It’s not easy being 13 years old. During the middle school years, children are rapidly growing mentally, physically, socially and emotionally. Children are learning how to speak their mind – sometimes at the cost of other people’s feelings.
Eve Miller, a thoughtful and passionate seventh-grader at Maple Grove Middle School, noticed some of these growing pains at her school and saw an opportunity for herself and for her 560 classmates to improve their attitudes and behaviors. “My generation has the ability to change the world,” Eve said, and Eve’s actions are one big step in the right direction.
Eve teamed up with Assistant Principal Sara Looby-Morris and a nonprofit organization, Youth Frontiers, to bring in the Courage Retreat to their school on March 19-23. This retreat helps students commit to act courageously to make their school a better place and deepen their relationships with their peers. Each seventh-grader at Maple Grove Middle School had the opportunity to participate in the retreat’s high-energy activities; share their personal stories in small groups facilitated by students from Maple Grove, Osseo and Park Center senior high schools as well as volunteers from local business and partner LDI; and develop a plan to be more courageous moving forward.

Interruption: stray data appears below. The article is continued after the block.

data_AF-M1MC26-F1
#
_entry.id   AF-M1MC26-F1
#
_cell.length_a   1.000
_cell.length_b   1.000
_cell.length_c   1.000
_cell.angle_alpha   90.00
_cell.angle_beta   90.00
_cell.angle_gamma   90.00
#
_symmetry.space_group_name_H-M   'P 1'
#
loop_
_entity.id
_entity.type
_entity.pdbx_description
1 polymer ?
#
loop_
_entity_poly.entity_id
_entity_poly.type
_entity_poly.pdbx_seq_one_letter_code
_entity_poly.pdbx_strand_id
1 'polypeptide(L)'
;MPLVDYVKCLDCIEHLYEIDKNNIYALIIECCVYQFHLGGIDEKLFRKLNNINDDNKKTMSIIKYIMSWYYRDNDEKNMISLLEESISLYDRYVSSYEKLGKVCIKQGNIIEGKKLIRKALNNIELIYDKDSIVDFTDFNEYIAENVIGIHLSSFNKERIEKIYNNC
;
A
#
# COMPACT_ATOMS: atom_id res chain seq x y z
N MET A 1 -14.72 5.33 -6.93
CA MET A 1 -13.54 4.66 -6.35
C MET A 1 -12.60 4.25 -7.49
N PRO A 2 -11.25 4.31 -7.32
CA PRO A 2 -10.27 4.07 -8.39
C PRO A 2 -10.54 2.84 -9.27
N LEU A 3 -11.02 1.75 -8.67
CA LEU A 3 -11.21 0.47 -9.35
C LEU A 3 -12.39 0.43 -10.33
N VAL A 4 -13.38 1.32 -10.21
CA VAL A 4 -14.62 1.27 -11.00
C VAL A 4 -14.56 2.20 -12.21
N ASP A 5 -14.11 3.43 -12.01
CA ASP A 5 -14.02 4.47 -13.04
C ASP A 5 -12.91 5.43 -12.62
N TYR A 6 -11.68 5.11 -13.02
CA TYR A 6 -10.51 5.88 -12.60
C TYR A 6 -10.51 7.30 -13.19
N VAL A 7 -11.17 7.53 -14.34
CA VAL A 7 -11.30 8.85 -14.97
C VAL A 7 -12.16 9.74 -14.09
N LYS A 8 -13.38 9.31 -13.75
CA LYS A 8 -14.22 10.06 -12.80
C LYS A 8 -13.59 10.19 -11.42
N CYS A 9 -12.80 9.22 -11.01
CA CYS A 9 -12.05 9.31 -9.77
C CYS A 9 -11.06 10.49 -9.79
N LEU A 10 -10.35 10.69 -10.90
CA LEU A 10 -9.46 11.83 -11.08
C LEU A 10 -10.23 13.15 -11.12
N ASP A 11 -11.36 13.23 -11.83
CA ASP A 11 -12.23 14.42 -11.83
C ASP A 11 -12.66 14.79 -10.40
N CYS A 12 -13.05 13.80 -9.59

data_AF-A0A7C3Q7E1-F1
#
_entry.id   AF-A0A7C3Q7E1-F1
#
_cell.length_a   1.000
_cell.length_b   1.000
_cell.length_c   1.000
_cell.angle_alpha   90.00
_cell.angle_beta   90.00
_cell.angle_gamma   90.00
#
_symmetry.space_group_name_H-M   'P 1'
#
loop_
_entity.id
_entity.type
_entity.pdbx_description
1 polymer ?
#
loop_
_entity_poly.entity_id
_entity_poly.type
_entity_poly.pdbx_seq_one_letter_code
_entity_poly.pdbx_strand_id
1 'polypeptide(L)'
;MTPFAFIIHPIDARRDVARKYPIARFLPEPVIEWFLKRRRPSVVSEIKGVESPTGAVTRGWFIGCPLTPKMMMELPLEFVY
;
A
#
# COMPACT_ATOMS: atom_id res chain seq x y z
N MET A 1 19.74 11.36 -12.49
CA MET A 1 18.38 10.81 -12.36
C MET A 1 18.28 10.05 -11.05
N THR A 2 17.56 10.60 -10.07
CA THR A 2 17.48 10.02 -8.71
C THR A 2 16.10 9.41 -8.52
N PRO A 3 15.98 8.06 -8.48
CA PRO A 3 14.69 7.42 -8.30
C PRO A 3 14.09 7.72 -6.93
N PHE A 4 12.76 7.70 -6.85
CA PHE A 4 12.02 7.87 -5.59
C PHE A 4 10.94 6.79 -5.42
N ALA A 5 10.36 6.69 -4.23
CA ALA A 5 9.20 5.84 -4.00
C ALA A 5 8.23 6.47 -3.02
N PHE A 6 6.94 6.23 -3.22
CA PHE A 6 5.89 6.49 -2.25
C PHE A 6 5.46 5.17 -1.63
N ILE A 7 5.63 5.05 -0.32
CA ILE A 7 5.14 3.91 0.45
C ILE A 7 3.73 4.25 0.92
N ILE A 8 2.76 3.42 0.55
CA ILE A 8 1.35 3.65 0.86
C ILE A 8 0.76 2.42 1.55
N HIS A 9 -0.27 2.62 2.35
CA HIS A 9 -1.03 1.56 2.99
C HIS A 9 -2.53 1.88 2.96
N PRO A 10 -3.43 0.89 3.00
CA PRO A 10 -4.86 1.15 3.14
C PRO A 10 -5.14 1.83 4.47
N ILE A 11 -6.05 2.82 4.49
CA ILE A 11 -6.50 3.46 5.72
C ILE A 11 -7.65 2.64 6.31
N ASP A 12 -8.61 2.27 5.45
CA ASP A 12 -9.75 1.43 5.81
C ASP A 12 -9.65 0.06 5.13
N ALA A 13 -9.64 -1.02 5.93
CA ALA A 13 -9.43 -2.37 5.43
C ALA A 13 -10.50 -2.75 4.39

Since November 2017, Eve organized planning meetings, handled the logistics, and raised $9,000 from her family, friends and school community to help bring the retreat to their school. Eve led the change. In her speech to all her classmates, she said, “We hear so much of all the bad things that go on in our world on a daily basis. But what we don’t hear about is courage and kindness. I believe it’s time to make a change.”
When asked what she wanted to accomplish through this retreat, Eve said, “I want my peers to zone out the bad voices and follow their dreams and keep inspiring others to do the same. I want to fill my school with courage and kindness.”
Photos: Eve Miller (top photo) smiles and encourages her classmates to be kind, positive, and most importantly, courageous. Students talk in small groups (bottom left photo) about opportunities to be more courageous. Courage Retreat staff tell funny short stories to engage students around the concepts of courage and kindness (bottom right photo).